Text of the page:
In France as everywhere else, cooks are spending less time in the kitchen and dishes like scrambled eggs and soft-boiled eggs are right in style. In the foothills of the Alps and Savoy in spring, you will find local morels in a brouillade of scrambled eggs, and later in the year, the full range of chanterelles, oyster mushrooms, hedgehogs, and cèpes will be joined together with butter and herbs in one glorious scramble. Serve the eggs with crusty country bread or on a slice of toast.

Serves 4

  • 8 ounces/225 g mixed wild mushrooms
  • 4 tablespoons/60 g butter
  • 1 tablespoon chopped fresh parsley
  • 1 tablespoon chopped fresh chives
  • Salt and pepper
  • 8 eggs

Clean the mushrooms.  Melt 2 tablespoons of the butter in a frying pan over high heat. Add the mushrooms and sauté, stirring often, until they are tender and all the liquid they released has evaporated, 5 to 7 minutes. Stir in the parley and chives and season with salt and pepper. The mushrooms can be cooked an hour or two ahead and left at room temperature.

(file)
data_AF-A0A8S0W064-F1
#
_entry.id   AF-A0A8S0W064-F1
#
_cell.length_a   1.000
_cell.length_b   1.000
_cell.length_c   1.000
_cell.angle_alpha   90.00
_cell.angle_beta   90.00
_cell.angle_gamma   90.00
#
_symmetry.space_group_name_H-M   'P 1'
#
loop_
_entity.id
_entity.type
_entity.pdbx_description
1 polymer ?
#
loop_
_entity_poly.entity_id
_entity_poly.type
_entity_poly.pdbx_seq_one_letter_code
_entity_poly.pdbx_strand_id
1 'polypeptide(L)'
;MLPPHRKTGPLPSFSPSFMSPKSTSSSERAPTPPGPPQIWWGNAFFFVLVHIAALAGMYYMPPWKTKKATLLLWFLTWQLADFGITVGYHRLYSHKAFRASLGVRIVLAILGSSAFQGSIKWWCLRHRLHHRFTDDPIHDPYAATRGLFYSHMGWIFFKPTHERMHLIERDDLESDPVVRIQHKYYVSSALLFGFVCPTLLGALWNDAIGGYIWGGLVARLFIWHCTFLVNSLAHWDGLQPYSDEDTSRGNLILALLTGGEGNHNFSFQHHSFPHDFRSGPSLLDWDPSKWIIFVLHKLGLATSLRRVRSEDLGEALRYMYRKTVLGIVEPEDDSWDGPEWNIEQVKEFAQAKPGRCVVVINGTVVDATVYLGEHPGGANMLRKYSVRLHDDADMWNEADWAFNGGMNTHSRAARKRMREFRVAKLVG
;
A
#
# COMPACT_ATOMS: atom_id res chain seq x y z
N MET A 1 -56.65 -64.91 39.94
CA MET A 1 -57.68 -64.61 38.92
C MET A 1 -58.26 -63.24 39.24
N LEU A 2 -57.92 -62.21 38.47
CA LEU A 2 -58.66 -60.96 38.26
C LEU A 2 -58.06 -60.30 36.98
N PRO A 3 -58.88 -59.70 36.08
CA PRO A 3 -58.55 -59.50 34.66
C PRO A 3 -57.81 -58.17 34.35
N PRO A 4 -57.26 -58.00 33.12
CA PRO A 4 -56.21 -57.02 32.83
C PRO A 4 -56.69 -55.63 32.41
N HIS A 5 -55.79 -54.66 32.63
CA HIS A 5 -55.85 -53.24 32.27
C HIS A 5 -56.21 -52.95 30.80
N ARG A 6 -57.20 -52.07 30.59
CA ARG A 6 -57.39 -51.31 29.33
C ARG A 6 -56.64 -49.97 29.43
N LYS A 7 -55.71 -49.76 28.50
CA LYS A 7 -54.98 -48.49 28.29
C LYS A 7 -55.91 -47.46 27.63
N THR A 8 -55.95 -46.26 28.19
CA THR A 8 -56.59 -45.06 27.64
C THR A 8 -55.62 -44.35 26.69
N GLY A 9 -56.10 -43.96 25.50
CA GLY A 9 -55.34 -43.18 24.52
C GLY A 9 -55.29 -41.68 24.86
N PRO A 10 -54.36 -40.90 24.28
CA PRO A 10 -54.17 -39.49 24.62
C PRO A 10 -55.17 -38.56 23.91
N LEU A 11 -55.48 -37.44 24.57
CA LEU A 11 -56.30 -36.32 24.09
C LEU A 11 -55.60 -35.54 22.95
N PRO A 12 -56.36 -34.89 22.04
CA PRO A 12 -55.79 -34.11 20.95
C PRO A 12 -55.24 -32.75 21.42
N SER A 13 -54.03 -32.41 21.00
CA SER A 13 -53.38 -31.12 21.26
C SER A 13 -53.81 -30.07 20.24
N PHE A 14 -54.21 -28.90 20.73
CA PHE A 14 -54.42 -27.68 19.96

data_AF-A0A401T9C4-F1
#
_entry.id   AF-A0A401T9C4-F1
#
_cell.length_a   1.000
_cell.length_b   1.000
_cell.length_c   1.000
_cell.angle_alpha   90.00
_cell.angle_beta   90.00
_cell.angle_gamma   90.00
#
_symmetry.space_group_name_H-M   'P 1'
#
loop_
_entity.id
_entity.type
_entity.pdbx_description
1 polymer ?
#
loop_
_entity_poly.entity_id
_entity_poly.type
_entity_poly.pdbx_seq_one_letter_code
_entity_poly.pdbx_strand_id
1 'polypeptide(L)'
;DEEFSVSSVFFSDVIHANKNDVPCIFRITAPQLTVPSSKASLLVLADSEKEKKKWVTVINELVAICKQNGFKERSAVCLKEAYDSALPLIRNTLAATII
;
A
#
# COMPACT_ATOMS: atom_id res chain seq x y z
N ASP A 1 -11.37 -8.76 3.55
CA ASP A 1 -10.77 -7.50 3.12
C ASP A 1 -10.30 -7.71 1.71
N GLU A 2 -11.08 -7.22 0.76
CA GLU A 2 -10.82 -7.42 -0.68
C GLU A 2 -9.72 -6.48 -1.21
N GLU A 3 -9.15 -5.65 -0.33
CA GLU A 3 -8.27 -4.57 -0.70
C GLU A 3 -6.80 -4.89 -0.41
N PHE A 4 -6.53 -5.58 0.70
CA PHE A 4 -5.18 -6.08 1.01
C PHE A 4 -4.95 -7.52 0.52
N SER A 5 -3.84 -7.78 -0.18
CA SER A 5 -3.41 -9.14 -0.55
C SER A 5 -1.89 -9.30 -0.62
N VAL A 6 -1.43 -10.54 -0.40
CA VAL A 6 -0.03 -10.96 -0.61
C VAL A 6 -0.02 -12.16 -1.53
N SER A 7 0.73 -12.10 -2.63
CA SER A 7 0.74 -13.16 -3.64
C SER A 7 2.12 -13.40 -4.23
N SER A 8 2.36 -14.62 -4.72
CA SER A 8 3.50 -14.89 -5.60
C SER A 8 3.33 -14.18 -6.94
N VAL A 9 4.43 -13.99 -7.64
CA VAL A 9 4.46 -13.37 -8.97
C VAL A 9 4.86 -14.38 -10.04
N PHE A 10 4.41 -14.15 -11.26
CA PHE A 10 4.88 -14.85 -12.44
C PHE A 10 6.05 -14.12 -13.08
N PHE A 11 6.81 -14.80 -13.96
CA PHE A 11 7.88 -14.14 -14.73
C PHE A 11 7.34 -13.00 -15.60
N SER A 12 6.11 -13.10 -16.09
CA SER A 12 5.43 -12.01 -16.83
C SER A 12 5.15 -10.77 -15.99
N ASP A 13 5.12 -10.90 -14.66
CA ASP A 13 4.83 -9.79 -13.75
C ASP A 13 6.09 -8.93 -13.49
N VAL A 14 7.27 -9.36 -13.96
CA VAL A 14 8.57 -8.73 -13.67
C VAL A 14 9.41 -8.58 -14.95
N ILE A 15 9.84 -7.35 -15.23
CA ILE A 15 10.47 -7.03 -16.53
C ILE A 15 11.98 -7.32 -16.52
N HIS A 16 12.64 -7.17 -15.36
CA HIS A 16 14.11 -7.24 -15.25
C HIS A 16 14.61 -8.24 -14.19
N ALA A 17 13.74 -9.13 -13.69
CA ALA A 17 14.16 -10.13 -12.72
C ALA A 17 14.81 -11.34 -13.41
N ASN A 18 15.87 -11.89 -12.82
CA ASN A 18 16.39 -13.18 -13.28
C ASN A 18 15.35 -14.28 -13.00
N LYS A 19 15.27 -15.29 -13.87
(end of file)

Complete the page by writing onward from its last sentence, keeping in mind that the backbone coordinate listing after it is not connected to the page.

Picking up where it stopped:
If necessary, warm the cooked mushrooms. To scramble the eggs, whisk them in a bowl with a little salt and pepper. Melt the remaining 2 tablespoons butter in a heavy saucepan over low heat. Add the eggs, and cook, stirring constantly with a wooden spoon, until they begin to thicken. This should take at least 5 minutes. Continue stirring, lifting the pan from the heat as necessary so the eggs thicken smoothly and form quite small curds. In France, scrambled eggs are served soft, but you may prefer them almost set. When cooked to your taste, stir in the mushrooms. Taste, adjust the seasoning, and serve at once on warmed plates.

photo by France Ruffenach
by Anne Willan, Chronicle Books, 2007.